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Managing Queens - Breeding

Queens in heat want to be treated like a queen. When pregnant, if you do not treat them like queens, they will lose babies. Overall, queens are easier to breed than bitches as they are very fertile, but that is the only thing that is easier.

Queens are seasonally polyestrous, meaning they come into heat repeatedly between January and October. They often stay in anestrus and will not cycle at all during October, November, and December without the use of artificial light. If you want to keep them cycling year-round, you can use lights to maintain 10 hours minimum light per day, and at least 10 hours of darkness.


Estrus is usually around seven days but can be as long as 21 days or short as three days. If not bred, the queen will go out of heat and bring up another set of follicles in waves repeatedly during the breeding season. Time between heats is variable but the average is eight days. If queens ovulate but are not pregnant, they will typically be out of heat for 60-70 days before returning to heat.

Queens in heat exhibit rubbing, rolling and moaning behavior. Occasionally, queens will become aggressive and bite during estrus.


Queens ovulate on stimulation of the pelvis and entrance of the penis into the vagina. Males will grasp the queen by the scruff and mount, rubbing the pelvis. Queens will typically drop their front ends and raise their rear, moving their tail to the side with pelvic pressure or mounting. This posture stimulates the male to breed. If the queen is not ready, she will not allow the male to grasp her by the scruff. Breeding changes happen quickly from anestrus to estrus behavior (within 12-24 hours).

Experienced males wait until the queen is ready and do not push it. The male waits until he is allowed to grasp the neck before mounting to breed. Inexperienced males will push their luck and attempt to breed. The female will aggressively repel him. Often this is misread as the female not wanting to mate with the male when the queen is just too early in her cycle for standing heat. All of this behavior ensures the follicles are ready to ovulate.


Males are difficult to evaluate as it’s difficult to know if semen was deposited at copulation. Microscopic vaginal slides made immediately after copulation can confirm presence of sperm. This is a good way to confirm a tomcat is making sperm.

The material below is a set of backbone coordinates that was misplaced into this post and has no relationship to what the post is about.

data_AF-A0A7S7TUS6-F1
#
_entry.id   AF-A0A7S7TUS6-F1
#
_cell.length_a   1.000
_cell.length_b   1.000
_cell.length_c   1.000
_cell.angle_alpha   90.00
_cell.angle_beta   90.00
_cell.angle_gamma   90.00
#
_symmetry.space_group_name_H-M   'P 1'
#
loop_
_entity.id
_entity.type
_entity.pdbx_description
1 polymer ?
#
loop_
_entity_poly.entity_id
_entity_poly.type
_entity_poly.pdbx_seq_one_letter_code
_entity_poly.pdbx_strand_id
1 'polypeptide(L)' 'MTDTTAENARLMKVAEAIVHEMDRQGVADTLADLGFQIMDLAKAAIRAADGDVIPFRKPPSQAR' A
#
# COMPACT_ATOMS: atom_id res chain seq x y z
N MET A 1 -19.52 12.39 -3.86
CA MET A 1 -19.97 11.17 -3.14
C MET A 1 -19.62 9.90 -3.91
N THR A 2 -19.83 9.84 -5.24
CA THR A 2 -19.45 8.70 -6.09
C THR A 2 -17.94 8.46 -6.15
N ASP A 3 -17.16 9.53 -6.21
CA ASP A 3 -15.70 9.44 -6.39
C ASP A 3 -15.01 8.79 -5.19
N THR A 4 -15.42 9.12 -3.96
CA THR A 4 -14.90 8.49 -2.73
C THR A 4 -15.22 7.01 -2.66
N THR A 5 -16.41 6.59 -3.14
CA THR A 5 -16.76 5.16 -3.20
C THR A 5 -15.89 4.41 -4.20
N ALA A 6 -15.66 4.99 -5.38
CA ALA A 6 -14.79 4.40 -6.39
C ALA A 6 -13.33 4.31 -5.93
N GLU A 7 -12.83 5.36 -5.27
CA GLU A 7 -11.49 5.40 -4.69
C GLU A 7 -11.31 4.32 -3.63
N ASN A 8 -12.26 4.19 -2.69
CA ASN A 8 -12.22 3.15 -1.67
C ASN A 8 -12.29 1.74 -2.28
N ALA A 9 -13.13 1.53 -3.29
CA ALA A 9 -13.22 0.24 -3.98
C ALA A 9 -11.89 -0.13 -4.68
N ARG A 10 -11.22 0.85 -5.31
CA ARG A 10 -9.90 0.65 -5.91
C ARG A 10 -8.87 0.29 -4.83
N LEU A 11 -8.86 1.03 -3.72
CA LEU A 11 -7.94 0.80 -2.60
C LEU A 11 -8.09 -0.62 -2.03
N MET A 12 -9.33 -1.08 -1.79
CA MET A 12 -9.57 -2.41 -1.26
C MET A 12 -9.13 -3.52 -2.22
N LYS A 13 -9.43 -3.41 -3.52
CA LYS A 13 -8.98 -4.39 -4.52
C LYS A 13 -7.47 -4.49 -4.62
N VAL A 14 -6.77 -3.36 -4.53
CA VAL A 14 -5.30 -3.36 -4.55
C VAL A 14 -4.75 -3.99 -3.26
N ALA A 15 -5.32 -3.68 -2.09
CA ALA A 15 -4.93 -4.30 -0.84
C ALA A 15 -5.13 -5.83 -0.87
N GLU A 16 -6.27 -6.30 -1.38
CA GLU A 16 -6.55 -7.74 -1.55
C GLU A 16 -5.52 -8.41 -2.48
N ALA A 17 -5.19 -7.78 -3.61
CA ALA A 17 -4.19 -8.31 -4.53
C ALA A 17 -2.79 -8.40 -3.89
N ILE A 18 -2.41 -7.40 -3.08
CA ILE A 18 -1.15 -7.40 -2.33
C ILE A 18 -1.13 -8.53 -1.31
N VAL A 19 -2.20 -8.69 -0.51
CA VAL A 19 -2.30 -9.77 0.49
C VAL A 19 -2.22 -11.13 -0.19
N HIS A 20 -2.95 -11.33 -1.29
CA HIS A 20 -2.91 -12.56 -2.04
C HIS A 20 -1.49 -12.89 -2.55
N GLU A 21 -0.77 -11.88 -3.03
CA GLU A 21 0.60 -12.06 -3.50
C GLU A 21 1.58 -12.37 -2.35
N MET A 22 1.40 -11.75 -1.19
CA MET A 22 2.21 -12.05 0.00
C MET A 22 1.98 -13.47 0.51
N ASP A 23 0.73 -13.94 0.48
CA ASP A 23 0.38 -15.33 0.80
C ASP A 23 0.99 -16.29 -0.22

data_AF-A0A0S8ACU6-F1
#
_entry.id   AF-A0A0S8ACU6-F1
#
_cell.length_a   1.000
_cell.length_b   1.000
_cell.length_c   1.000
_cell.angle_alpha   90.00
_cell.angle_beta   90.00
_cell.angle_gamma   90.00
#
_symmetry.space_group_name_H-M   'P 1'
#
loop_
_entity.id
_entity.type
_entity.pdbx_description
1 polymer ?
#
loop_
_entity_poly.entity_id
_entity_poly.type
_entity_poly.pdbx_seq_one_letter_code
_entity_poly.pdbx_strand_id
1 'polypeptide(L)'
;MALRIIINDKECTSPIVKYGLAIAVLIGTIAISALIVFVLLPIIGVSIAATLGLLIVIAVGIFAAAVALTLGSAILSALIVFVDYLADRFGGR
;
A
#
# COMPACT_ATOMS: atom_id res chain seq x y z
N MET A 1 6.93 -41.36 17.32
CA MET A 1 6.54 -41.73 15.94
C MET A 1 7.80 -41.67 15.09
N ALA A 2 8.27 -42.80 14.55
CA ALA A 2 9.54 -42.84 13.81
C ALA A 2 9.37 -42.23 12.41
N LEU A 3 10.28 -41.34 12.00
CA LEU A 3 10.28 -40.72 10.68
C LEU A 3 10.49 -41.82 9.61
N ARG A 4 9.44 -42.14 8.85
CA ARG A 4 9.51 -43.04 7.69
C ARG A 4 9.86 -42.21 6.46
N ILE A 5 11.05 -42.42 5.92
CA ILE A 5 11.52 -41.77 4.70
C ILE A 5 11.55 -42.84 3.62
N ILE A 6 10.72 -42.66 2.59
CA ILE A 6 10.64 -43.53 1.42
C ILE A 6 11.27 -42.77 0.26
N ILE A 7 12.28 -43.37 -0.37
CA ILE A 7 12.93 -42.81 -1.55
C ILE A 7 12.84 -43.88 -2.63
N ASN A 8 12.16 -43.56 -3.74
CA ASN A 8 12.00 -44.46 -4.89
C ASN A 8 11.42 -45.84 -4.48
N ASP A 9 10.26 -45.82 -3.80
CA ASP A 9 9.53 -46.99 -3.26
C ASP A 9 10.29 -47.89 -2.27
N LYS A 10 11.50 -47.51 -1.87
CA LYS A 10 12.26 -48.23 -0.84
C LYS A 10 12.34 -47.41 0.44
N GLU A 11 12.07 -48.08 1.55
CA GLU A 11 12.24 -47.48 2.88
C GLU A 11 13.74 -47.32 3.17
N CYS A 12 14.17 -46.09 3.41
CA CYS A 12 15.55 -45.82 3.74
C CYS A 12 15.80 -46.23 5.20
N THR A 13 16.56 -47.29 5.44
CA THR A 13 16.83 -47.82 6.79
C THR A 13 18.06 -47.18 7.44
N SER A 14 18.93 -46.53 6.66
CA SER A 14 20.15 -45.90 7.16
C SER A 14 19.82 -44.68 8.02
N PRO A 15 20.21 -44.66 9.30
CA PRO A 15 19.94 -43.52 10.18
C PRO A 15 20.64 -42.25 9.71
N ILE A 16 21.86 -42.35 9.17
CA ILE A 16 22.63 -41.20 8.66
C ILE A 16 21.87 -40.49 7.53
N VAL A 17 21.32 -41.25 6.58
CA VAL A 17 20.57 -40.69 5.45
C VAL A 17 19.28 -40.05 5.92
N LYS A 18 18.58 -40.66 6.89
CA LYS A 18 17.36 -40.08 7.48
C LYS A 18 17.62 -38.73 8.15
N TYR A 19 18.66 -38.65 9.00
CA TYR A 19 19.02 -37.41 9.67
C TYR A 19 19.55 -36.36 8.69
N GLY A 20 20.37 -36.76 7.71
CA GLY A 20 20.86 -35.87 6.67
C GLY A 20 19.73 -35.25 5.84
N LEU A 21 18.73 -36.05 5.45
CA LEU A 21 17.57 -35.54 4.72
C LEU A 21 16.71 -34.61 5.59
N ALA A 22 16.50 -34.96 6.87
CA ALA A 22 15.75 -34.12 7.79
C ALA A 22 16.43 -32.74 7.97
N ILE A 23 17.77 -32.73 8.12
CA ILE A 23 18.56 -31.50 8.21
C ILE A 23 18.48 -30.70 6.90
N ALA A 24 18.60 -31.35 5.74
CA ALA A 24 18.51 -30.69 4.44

Tomcats that court, mount and breed several times ensure ovulation. Ovulation is dependent on pelvic stimulation and copulation with maximum effect achieved with 8 to 12 copulations in a short period of time. Fertility is significantly lower with only 4 copulations. Ovulation should happen within 15 minutes of breeding.


After breeding, the queen screams or yowls. This is followed by vigorously rubbing or rolling on the ground, usually from side to side. This is normal behavior and breeders view this behavior as a successful breeding.

After the reaction is past, the female will again solicit the attention of the tomcat. Repetitive breeding will take place.


When a male is of known fertility and female is not coming up pregnant, the cause can be lack of ovulation by the queen. Artificial insemination is not common as it is another area where induced ovulation is needed for success.


Dominant queens cause issues in a cattery. If we have a spayed queen that is dominant in a house, they will suppress estrus behavior in a submissive queen. Experienced breeders can often miss the heat cycle. If they do catch her in heat, queens are reluctant to elicit the male’s attention, resulting in few copulations and missed ovulation.

It is best to get these queens away from the aggressive queen, not allowing them to interact or see each other for a time. Always mate the shy queen with an experienced tom and place the queen in the breeding pen by herself for several hours, a few days prior to breeding. Getting the shy queen comfortable and using an experienced tomcat that won’t give up easily usually leads to success.

It has been reported that queens will show a preference to one male, but this behavior is unusual. Most breeding behavior is designed to attract the male breed, and queens will seek the tom by showing him attention when exposed to him. Rejection of the male may take inducing ovulation by introducing a sterile swab into the vagina and holding the female so the male can breed. This takes a cooperative male and female. Be sure to elicit the help of an experienced breeder to help.

Once bred, managing the female like a queen is critical for embryo success. Implantation will happen at day 15. Management during gestation results in more live kittens at birth.

If you need help, call us at 1-800-786-4751.

-Dr. B
Don Bramlage, DVM, Director of Veterinary Services at Revival Animal Health

The materials, information and answers provided through this website are not intended to replace the medical advice or services of your personal veterinarian or other pet health care professional. Consult your own veterinarian for answers to specific medical questions, including diagnosis, treatment, therapy or medical attention.

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